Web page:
Milestone 2: Sixty nutrition, agriculture, and economic development extension educators will attend one training workshop where they will learn the fundamentals of school food service and dining service, the day to day operations within the school setting, and how to assess schools and colleges for initiating a farm-to-school project. Verification will be through an attendance sheet and administration of a pre-and post- workshop learning assessment.
Our first workshop took place on November 16 in Ithaca, NY. The approximately 52 attendees were extension educators in food and nutrition education program area responsibilities. The workshop presentation included the fundamentals of school food service (presented by our food service director project partner), the basics of farm-to-school, and how to initiate a school-based assessment for the purpose of developing a farm-to-school connection in the school. Because this session was added to an existing agenda, the time we had for our session was less than we have envisioned for the actual training workshops As such we did not collect of pre- and post- workshop data to determine learning at this workshop. Several educators who attended this workshop signed and returned our letter of commitment indicating their intension to continue with the project. To date we have a total of seven educators who have committed to continuing with us on the project.
Milestone 3: Fifty educators will participate in at least one tour of K-12 or college food service operations and receive follow up technical assistance to conduct up to three school/college assessments and develop farm-to-school recommendations. Technical assistance will include recipe and menu ideas, in-class and cafeteria educational resources, and other materials previously developed by the team and previous NESARE funding projects. Verification will be through copies of recommendations made, conference call participant records, technical assistance log, and listserv log.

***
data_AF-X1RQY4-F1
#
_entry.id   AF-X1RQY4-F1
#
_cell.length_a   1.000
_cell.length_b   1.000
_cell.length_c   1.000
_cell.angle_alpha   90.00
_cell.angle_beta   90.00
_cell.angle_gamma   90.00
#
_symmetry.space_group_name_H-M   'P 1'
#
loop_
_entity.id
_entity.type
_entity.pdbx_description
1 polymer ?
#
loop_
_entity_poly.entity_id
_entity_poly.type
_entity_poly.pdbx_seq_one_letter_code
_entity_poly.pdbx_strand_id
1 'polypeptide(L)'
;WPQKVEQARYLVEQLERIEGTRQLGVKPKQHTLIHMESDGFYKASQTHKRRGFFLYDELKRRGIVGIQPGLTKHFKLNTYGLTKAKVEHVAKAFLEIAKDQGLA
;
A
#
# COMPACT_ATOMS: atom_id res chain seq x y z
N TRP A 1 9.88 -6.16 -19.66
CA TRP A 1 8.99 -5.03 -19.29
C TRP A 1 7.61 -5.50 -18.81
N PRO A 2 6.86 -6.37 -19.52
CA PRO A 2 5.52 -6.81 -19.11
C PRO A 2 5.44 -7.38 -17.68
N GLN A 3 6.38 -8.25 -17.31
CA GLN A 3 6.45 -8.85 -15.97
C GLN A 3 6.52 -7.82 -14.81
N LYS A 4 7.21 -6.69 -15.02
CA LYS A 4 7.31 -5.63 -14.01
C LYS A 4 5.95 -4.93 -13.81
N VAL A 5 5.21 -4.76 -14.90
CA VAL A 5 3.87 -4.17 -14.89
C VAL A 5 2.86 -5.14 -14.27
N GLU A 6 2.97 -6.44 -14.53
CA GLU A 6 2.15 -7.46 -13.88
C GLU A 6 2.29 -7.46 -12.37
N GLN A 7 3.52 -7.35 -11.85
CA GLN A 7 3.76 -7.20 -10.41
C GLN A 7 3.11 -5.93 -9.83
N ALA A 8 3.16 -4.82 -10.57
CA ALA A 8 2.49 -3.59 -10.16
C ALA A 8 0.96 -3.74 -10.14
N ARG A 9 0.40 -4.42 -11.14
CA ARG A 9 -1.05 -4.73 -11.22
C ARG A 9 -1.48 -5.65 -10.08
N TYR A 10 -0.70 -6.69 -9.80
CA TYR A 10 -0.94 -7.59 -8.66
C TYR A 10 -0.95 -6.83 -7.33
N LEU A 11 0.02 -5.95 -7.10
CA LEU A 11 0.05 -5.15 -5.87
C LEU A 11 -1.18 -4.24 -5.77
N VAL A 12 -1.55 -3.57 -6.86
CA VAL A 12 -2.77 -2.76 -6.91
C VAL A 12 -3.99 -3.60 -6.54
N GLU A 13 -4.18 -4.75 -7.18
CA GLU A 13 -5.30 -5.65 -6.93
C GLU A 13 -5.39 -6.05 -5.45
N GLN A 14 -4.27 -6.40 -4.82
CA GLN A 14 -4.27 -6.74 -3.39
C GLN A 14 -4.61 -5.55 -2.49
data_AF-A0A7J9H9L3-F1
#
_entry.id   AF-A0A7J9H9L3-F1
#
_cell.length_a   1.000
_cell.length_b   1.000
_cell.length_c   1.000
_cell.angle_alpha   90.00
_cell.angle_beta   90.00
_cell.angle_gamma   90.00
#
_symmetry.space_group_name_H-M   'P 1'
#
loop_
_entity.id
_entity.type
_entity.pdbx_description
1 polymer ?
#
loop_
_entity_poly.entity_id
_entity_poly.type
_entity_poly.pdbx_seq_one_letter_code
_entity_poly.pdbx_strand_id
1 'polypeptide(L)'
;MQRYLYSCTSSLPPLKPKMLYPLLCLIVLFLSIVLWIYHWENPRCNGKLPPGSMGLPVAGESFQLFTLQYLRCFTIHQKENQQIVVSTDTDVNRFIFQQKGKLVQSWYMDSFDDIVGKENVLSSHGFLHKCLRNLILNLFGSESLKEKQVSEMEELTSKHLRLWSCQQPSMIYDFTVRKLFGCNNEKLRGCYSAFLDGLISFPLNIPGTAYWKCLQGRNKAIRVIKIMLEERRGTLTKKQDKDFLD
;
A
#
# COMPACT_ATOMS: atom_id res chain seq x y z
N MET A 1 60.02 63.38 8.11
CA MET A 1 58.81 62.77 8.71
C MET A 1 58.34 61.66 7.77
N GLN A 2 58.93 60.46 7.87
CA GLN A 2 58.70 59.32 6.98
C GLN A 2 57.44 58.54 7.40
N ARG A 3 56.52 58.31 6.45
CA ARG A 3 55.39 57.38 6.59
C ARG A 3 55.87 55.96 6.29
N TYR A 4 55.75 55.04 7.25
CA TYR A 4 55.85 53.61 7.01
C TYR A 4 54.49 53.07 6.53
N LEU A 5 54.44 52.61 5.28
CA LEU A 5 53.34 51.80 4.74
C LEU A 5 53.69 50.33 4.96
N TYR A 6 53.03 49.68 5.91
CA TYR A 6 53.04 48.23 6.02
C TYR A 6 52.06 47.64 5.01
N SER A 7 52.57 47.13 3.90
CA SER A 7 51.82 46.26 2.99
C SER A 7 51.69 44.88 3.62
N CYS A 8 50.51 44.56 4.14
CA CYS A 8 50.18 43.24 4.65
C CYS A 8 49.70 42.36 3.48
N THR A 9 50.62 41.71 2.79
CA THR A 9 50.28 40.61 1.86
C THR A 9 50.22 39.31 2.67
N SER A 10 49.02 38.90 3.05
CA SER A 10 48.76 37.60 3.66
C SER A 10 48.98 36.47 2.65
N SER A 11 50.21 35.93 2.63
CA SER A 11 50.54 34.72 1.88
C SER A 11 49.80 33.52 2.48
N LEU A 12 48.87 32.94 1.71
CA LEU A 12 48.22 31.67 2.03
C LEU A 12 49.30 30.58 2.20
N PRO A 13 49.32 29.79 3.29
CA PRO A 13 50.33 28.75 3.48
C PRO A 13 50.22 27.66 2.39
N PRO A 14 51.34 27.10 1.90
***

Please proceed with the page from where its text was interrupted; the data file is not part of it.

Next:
This milestone is planned to begin in the second quarter of 2006. Our food service director partner and one of our key individuals have committed to hosting such tours. A list of several other k-12 and college food service directors has been developed for contacts in 2006. A file is being kept of all inquiries we are receiving for assistance in starting farm to school projects. A record of our responses and suggestions made is being kept and is providing useful information about the kinds of assistance needed. In addition to educators we are receiving inquiries are coming from parents and farmers as well. This is giving us important information about tailoring the toolkit to meet the needs of a broader audience.
Milestone 4: Thirty-five educators will receive assistance from the Project Team to facilitate one school district or college in carrying out the recommendations provided through the assessment process. Verification will be through personal contact with project team members.
This milestone is expected to start later in the project period.
Milestone 5: 12 school districts and 5 colleges will increase purchases of New York State farm products by at least 15%. Verification will be through submission of pre and post purchasing records.
Data collection to determine these milestones will be collected later in the project period.
Development and changes in the plan of work:
In the last six months the project team has been working on developing and refining the Farm to Cafeteria Toolkit. We have also begun outreach to extension educators throughout the state. This has been in the form of letters and fact sheets for extension educators who are receiving an increasing number of inquiries from county-based stakeholders. We have expanded our web-based recourses to include a new section specifically for extension educators. We foresee the website as a logical first place for educators to turn for resources and information regarding farm to school projects. Additionally, through our continuous outreach we have developed a strong relationship with the University of Rochester and the Northeastern leadership of Aramark. This was an unanticipated addition to the identified beneficiaries of the project.
Impacts and Contributions/Outcomes
- 52 cooperative extension educators have been trained in the nuts and bolts of farm to cafeteria,and seven cooperative extension educators have committed to working with at least one school district or college and attending a cafeteria tour
The Farm-to-School Toolkit has been drafted and is close to completion.
Research Extension Assistant
Nutritional Sciences, Cornell University
306 Martha Van Rensselaer Hall
Ithaca, NY 14853
Office Phone: 6072556702
Food Service Director
New York State School Food Service Association
125 Wolf Road
Albany, NY 12205
Office Phone: 5184469061
125 Williams Road
Candor, NY 13743
Office Phone: 6076593710